Would you rather lose your phone or your wallet?

Angus Kidman 6 September 2017 NEWS

WalletPhone_Shutterstock738

The answer probably depends on your age.

The moment you realise your wallet is missing is like being punched in the guts. The last time it happened to me was at a party, where some light-fingered guest pilfered it from my jacket. Cue panic, racing around the house and then the sinking sensation when you clock that it has definitely been nicked.

That sucked, but there was a silver lining: my phone hadn't been stolen. That meant I could organise some cardless cash for the taxi home and immediately suspend my credit cards. Given the choice, I'd prefer that my wallet went AWOL than my phone.

That puts me in a minority. A survey of 2,005 Australians conducted by finder.com.au found that amongst generation X (which is where my greying head resides), only 33% would be happier to lose their wallet than their phone. The only generation which shows a clear preference for their phone is generation Y (51%). Meanwhile, those pesky baby boomers are clinging on to their wallets as if their lives depended on it, with only 13% saying losing their phone would be a bigger blow.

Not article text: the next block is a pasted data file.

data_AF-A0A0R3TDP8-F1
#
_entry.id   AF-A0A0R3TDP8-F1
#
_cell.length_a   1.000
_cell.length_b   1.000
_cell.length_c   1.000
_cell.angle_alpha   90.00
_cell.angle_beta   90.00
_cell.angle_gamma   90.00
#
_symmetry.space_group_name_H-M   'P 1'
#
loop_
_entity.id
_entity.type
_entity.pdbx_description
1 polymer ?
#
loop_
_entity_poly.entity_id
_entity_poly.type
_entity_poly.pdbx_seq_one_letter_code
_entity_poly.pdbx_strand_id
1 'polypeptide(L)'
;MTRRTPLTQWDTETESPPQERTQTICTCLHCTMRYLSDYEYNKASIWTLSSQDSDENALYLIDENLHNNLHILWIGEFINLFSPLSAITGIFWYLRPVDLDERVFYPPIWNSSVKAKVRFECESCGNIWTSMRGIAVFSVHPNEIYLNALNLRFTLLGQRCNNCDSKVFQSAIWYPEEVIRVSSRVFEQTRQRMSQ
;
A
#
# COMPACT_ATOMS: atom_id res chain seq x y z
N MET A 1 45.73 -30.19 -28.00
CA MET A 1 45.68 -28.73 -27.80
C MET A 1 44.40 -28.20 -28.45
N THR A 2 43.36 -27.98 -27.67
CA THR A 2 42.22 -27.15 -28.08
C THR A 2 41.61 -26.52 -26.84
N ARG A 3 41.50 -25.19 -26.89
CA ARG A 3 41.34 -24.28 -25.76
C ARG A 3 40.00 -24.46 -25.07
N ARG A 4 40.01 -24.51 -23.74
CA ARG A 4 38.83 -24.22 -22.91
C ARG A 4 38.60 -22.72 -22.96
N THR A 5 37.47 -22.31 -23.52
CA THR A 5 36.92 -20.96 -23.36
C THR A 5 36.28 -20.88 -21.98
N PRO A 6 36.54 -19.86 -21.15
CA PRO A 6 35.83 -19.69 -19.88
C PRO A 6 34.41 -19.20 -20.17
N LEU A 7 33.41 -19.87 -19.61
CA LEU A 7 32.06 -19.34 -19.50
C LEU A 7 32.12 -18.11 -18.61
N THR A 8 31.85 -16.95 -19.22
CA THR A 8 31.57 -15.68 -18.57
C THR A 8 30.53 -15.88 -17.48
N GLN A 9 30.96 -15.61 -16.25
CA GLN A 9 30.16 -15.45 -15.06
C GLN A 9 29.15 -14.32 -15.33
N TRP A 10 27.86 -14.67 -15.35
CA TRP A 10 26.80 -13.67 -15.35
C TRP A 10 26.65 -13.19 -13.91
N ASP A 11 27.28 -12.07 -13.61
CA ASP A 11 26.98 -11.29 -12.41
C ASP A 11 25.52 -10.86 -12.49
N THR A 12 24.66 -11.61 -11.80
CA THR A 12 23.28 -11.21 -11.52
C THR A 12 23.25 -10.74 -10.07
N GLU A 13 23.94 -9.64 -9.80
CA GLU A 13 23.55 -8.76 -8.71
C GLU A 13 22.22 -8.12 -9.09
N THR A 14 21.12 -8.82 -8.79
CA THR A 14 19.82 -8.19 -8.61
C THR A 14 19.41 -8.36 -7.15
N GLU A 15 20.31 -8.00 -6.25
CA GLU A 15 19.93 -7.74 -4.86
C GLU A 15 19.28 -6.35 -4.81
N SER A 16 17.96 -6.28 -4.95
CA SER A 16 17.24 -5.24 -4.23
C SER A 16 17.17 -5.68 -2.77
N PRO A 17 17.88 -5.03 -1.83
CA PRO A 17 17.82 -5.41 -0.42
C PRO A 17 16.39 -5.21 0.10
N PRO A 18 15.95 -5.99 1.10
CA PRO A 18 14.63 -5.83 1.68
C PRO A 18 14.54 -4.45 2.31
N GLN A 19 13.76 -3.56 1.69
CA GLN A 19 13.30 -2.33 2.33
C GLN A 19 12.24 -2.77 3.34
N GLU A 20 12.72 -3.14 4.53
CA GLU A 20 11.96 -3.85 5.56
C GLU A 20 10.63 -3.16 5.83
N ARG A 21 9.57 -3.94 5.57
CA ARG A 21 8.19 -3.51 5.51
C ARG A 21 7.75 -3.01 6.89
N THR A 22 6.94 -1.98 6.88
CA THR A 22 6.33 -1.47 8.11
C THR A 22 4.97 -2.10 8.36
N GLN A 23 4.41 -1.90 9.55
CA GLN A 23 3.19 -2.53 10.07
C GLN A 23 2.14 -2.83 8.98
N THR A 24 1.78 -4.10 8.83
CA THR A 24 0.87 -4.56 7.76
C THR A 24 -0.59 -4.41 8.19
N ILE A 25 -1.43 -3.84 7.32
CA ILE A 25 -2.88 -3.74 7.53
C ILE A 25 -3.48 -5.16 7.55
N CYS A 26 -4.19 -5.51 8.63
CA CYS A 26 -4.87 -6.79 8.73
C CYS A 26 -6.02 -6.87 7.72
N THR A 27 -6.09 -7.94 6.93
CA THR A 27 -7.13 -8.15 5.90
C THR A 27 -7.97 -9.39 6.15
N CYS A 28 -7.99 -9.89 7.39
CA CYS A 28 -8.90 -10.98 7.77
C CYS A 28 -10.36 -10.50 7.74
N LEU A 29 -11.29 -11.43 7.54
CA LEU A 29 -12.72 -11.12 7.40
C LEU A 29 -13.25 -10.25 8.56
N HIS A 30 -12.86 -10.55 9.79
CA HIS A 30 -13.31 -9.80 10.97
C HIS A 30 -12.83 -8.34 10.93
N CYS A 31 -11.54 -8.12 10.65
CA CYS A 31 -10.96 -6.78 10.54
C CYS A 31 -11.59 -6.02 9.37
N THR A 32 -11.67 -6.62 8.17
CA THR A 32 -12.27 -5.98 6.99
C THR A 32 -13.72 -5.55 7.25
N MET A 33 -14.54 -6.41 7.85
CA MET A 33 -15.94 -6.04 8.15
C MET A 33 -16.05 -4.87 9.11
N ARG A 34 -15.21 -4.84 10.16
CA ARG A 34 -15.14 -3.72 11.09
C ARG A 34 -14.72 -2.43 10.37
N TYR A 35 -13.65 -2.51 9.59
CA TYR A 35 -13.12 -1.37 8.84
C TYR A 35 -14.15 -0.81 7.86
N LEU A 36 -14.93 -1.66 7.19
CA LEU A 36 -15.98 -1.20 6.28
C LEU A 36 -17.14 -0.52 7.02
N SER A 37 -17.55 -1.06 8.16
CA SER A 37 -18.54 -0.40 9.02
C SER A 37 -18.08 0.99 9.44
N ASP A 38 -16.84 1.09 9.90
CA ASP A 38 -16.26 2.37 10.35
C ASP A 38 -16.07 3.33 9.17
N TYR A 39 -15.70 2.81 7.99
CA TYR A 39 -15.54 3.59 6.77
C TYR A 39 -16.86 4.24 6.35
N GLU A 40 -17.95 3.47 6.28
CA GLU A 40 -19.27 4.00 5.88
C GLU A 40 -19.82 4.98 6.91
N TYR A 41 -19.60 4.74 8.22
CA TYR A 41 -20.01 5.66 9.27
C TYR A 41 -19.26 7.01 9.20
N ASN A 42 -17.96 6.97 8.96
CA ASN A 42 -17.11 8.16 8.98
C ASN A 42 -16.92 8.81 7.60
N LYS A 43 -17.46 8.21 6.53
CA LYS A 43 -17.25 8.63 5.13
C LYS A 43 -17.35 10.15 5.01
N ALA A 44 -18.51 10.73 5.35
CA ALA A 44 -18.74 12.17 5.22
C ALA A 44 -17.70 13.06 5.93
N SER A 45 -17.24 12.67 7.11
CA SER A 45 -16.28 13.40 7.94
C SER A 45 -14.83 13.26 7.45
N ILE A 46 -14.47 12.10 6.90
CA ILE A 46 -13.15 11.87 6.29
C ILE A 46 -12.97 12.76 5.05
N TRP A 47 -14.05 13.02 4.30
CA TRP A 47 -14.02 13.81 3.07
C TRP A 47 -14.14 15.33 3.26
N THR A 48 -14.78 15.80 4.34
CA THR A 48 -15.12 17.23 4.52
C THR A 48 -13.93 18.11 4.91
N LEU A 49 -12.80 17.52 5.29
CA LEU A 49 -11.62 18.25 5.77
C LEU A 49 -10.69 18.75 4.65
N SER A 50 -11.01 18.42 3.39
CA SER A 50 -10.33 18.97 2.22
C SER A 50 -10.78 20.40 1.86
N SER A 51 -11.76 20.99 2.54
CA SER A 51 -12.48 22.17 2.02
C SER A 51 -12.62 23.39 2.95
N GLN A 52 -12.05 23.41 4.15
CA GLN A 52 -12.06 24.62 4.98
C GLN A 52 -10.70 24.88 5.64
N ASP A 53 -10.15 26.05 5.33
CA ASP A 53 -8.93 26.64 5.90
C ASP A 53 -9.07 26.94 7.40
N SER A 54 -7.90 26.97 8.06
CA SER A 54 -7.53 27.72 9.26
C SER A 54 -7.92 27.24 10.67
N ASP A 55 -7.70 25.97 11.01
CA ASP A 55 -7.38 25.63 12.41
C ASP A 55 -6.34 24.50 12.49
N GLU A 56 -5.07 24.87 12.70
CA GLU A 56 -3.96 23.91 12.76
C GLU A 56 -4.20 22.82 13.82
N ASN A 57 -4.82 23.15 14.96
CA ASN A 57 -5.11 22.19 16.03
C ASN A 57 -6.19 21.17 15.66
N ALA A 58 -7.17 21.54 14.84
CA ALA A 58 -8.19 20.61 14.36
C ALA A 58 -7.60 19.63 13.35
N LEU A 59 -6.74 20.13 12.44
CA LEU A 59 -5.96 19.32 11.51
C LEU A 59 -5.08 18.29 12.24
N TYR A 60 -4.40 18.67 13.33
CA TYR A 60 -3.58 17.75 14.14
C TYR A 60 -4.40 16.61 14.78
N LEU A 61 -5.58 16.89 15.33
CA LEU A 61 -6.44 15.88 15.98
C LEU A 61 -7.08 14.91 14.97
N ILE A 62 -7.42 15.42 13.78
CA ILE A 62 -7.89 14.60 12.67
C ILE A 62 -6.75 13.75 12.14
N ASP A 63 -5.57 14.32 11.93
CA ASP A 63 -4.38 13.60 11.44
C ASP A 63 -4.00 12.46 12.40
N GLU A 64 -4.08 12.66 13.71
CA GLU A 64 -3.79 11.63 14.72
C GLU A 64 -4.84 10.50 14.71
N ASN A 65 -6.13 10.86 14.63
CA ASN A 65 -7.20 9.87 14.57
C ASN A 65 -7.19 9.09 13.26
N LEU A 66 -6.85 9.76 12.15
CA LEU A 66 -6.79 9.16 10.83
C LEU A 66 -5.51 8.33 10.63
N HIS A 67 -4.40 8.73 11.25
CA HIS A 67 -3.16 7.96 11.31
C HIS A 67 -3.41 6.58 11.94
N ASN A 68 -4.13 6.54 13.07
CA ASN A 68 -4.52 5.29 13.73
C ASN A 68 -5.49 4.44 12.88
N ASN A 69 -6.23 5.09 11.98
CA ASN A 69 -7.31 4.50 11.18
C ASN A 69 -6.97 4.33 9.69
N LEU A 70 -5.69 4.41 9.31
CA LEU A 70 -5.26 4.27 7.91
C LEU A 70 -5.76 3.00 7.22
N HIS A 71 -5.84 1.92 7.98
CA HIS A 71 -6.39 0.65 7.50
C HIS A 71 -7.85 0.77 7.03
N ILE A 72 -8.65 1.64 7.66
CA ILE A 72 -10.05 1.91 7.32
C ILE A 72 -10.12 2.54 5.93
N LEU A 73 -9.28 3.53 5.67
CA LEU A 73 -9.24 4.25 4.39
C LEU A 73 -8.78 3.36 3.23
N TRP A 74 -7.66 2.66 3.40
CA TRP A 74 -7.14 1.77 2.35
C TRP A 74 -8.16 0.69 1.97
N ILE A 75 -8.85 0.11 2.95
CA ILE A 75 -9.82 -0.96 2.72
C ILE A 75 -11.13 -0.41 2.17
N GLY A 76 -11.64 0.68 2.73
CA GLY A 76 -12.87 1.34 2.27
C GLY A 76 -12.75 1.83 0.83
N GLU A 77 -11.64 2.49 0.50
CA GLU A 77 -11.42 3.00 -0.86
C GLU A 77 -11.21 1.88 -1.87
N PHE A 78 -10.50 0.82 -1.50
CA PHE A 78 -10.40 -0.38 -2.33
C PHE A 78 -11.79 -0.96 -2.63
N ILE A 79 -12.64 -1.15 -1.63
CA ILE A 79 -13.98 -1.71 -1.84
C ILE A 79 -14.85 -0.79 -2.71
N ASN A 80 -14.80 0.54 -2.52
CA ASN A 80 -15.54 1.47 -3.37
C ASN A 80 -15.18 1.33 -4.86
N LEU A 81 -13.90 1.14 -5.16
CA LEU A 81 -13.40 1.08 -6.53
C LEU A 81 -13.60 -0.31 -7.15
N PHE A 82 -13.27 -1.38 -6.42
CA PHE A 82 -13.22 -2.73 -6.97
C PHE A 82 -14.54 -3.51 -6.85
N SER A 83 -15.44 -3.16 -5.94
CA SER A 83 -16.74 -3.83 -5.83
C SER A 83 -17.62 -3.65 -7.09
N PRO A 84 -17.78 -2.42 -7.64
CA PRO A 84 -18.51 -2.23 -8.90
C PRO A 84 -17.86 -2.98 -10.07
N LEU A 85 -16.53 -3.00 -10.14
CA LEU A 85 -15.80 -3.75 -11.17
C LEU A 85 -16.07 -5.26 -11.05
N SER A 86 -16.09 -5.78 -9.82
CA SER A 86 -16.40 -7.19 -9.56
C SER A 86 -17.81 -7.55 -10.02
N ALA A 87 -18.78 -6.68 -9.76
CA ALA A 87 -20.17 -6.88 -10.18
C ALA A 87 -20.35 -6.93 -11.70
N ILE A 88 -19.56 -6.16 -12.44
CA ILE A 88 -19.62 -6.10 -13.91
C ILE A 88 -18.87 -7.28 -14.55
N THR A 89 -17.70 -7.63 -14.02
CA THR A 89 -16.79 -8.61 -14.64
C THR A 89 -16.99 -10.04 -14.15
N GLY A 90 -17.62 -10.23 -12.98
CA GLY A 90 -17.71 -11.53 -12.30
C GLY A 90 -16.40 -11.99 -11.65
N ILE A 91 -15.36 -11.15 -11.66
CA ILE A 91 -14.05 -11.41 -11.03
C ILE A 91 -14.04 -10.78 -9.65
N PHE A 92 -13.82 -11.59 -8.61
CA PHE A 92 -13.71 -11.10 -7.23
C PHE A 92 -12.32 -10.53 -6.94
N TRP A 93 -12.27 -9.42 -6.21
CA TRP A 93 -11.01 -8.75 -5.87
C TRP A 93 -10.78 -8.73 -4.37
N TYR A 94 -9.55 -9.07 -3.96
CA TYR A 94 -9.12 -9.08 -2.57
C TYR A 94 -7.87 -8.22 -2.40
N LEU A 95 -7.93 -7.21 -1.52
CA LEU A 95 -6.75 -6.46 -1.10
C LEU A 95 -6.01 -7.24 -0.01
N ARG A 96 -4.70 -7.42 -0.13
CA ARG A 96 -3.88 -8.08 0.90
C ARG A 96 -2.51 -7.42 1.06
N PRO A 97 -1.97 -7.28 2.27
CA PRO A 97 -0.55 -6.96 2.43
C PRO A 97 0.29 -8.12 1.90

I'm flattered that this suggests I have a youthful outlook, but it's also a rational outlook. We live in an increasingly cashless society where we're addicted to contactless payments, so the odds of there being much actual money in any given wallet are slight. It's a hassle to have to replace bank cards, but it doesn't cost anything. Conversely, a phone can easily be worth $1,000 or more.

So I'd rather have my phone, but I also make sure that's backed up to the cloud and secured with my fingerprint. If someone does nick that, I'll be much more annoyed, but life will be able to go on regardless. And my wallet no longer stays in my jacket at parties.

Angus Kidman's Findings column looks at new developments and research that help you save money, make wise decisions and enjoy your life more. It appears regularly on finder.com.au.

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